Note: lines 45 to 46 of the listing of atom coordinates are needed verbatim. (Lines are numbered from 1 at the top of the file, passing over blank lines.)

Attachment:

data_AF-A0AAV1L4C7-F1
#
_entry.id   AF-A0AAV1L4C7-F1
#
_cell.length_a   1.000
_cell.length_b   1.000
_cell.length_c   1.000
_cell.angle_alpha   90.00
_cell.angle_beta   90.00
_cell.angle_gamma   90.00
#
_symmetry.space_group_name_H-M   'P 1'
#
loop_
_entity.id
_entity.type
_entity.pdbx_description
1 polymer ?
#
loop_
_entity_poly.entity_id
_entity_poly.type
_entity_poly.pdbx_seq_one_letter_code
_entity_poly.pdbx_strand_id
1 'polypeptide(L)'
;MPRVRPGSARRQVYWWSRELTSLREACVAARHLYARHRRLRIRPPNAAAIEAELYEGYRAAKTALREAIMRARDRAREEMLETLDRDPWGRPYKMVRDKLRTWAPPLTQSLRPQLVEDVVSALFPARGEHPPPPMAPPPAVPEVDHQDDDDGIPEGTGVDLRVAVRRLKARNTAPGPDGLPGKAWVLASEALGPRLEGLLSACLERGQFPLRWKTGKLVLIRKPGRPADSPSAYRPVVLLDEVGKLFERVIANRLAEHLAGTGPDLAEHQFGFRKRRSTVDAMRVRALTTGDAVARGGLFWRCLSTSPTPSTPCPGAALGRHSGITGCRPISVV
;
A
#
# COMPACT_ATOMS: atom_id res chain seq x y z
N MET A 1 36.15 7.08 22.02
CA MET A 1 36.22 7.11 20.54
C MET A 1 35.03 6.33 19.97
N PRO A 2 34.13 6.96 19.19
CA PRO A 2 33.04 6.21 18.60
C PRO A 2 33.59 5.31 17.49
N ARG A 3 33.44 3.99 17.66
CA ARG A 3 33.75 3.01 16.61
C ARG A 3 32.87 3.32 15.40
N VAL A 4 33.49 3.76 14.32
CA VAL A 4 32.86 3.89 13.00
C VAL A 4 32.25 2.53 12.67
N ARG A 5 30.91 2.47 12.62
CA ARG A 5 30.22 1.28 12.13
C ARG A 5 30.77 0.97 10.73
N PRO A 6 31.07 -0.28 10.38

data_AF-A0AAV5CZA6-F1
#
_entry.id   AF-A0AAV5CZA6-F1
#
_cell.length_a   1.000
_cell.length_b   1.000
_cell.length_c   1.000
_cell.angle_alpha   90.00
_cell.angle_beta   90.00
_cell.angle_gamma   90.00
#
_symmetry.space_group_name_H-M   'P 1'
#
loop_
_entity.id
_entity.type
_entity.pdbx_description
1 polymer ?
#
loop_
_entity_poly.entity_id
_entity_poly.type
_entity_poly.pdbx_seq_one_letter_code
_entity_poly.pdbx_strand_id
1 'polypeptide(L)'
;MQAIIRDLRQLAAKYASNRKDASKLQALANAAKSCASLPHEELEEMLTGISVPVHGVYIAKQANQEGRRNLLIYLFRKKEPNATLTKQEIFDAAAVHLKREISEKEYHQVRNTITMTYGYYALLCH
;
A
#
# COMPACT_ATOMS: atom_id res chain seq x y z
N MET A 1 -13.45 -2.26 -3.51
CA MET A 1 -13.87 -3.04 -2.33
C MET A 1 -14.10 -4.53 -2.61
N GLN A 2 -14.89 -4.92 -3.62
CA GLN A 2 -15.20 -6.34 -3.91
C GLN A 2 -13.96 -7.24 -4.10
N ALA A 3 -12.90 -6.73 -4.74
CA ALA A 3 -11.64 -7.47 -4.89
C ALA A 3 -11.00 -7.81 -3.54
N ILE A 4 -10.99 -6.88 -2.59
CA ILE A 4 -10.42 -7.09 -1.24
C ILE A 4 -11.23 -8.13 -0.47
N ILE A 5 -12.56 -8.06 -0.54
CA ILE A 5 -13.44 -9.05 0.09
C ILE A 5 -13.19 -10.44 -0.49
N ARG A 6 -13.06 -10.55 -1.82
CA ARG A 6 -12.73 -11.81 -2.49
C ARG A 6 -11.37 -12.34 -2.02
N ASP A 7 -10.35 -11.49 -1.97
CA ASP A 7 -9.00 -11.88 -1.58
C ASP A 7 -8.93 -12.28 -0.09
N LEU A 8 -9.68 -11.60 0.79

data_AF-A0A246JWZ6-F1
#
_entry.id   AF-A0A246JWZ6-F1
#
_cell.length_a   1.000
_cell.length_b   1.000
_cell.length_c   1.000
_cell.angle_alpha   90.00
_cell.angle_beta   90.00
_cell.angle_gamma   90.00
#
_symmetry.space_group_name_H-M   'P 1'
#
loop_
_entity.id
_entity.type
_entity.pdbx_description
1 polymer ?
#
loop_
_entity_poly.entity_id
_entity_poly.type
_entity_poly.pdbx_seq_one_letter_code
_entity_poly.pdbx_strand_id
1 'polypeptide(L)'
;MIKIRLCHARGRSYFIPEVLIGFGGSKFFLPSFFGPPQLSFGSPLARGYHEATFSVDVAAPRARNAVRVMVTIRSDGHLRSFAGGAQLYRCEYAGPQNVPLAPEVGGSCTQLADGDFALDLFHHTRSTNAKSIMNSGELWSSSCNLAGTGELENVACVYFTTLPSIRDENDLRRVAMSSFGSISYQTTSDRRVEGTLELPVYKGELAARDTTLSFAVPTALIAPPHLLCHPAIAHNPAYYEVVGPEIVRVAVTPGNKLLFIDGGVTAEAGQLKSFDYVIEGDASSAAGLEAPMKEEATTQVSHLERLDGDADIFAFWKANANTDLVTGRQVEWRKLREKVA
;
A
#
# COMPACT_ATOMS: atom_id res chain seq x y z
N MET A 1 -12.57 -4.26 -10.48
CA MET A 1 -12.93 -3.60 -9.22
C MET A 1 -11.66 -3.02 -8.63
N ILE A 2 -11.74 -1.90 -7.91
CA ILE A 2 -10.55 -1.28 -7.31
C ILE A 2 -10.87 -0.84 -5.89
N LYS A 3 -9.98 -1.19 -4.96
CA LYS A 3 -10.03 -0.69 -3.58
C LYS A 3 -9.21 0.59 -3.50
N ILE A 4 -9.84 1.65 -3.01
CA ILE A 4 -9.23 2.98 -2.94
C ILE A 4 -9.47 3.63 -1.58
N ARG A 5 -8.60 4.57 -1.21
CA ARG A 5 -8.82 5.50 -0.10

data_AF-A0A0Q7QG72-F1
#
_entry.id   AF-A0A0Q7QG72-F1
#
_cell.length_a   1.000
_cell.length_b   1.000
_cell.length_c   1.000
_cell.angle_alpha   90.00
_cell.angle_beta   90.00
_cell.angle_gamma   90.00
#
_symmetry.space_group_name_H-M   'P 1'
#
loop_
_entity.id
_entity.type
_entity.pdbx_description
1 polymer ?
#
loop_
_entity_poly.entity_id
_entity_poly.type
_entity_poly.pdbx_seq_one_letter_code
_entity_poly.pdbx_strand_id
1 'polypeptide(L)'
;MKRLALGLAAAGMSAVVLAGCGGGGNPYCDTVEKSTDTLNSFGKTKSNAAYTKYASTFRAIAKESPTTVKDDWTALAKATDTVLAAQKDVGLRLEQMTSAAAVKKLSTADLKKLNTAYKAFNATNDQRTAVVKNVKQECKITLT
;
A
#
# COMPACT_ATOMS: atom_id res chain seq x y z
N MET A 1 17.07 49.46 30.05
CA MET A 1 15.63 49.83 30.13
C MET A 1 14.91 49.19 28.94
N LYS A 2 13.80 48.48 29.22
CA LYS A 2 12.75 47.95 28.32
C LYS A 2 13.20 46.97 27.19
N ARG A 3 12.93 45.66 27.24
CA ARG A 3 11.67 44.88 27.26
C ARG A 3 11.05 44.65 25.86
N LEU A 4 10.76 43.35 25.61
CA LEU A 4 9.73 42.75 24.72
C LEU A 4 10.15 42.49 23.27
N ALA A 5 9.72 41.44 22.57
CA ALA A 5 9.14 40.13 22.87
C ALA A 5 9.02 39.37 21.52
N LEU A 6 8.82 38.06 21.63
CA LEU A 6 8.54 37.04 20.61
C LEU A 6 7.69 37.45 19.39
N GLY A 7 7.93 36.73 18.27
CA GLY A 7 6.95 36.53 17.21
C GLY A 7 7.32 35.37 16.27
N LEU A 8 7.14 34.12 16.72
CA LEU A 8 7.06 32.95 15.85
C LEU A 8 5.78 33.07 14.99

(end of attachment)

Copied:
C ARG A 5 30.77 0.97 10.73
N PRO A 6 31.07 -0.28 10.38